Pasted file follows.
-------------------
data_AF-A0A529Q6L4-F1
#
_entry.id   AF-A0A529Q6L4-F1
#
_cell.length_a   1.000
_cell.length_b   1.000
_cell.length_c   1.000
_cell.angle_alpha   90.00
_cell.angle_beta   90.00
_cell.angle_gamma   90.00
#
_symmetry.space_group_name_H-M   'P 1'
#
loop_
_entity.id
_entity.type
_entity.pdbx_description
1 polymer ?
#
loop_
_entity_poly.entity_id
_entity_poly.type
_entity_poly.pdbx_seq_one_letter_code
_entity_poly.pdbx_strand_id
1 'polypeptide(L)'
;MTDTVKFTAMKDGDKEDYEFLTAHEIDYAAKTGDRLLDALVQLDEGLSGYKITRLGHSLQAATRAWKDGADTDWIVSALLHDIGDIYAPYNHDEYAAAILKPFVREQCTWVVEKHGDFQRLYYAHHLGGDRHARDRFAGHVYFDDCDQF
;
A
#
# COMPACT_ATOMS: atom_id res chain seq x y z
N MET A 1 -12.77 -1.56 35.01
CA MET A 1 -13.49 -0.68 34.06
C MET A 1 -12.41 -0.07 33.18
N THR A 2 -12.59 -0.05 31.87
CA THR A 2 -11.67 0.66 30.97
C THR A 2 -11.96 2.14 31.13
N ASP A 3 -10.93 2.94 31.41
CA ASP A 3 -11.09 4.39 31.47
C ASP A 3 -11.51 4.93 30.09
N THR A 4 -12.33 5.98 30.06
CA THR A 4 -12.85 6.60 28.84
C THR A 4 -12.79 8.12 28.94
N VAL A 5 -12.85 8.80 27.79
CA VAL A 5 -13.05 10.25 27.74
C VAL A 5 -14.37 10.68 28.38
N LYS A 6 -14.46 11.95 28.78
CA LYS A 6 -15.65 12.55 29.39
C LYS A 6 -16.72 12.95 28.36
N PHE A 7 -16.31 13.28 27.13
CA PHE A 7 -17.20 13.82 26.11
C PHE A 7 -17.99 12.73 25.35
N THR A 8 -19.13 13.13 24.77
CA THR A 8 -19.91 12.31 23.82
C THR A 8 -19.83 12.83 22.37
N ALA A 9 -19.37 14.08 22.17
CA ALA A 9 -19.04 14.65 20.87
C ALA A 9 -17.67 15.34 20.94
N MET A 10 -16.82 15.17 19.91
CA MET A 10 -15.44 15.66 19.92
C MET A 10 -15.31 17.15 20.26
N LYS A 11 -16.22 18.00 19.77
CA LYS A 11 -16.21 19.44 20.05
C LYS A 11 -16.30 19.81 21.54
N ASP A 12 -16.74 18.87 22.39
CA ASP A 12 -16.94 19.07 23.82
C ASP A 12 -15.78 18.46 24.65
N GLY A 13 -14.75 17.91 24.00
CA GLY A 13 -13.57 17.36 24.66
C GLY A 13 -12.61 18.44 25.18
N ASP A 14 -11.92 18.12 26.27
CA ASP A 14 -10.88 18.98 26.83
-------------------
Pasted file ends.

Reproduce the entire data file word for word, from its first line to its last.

data_AF-A0A529Q6L4-F1
#
_entry.id   AF-A0A529Q6L4-F1
#
_cell.length_a   1.000
_cell.length_b   1.000
_cell.length_c   1.000
_cell.angle_alpha   90.00
_cell.angle_beta   90.00
_cell.angle_gamma   90.00
#
_symmetry.space_group_name_H-M   'P 1'
#
loop_
_entity.id
_entity.type
_entity.pdbx_description
1 polymer ?
#
loop_
_entity_poly.entity_id
_entity_poly.type
_entity_poly.pdbx_seq_one_letter_code
_entity_poly.pdbx_strand_id
1 'polypeptide(L)'
;MTDTVKFTAMKDGDKEDYEFLTAHEIDYAAKTGDRLLDALVQLDEGLSGYKITRLGHSLQAATRAWKDGADTDWIVSALLHDIGDIYAPYNHDEYAAAILKPFVREQCTWVVEKHGDFQRLYYAHHLGGDRHARDRFAGHVYFDDCDQF
;
A
#
# COMPACT_ATOMS: atom_id res chain seq x y z
N MET A 1 -12.77 -1.56 35.01
CA MET A 1 -13.49 -0.68 34.06
C MET A 1 -12.41 -0.07 33.18
N THR A 2 -12.59 -0.05 31.87
CA THR A 2 -11.67 0.66 30.97
C THR A 2 -11.96 2.14 31.13
N ASP A 3 -10.93 2.94 31.41
CA ASP A 3 -11.09 4.39 31.47
C ASP A 3 -11.51 4.93 30.09
N THR A 4 -12.33 5.98 30.06
CA THR A 4 -12.85 6.60 28.84
C THR A 4 -12.79 8.12 28.94
N VAL A 5 -12.85 8.80 27.79
CA VAL A 5 -13.05 10.25 27.74
C VAL A 5 -14.37 10.68 28.38
N LYS A 6 -14.46 11.95 28.78
CA LYS A 6 -15.65 12.55 29.39
C LYS A 6 -16.72 12.95 28.36
N PHE A 7 -16.31 13.28 27.13
CA PHE A 7 -17.20 13.82 26.11
C PHE A 7 -17.99 12.73 25.35
N THR A 8 -19.13 13.13 24.77
CA THR A 8 -19.91 12.31 23.82
C THR A 8 -19.83 12.83 22.37
N ALA A 9 -19.37 14.08 22.17
CA ALA A 9 -19.04 14.65 20.87
C ALA A 9 -17.67 15.34 20.94
N MET A 10 -16.82 15.17 19.91
CA MET A 10 -15.44 15.66 19.92
C MET A 10 -15.31 17.15 20.26
N LYS A 11 -16.22 18.00 19.77
CA LYS A 11 -16.21 19.44 20.05
C LYS A 11 -16.30 19.81 21.54
N ASP A 12 -16.74 18.87 22.39
CA ASP A 12 -16.94 19.07 23.82
C ASP A 12 -15.78 18.46 24.65
N GLY A 13 -14.75 17.91 24.00
CA GLY A 13 -13.57 17.36 24.66
C GLY A 13 -12.61 18.44 25.18
N ASP A 14 -11.92 18.12 26.27
CA ASP A 14 -10.88 18.98 26.83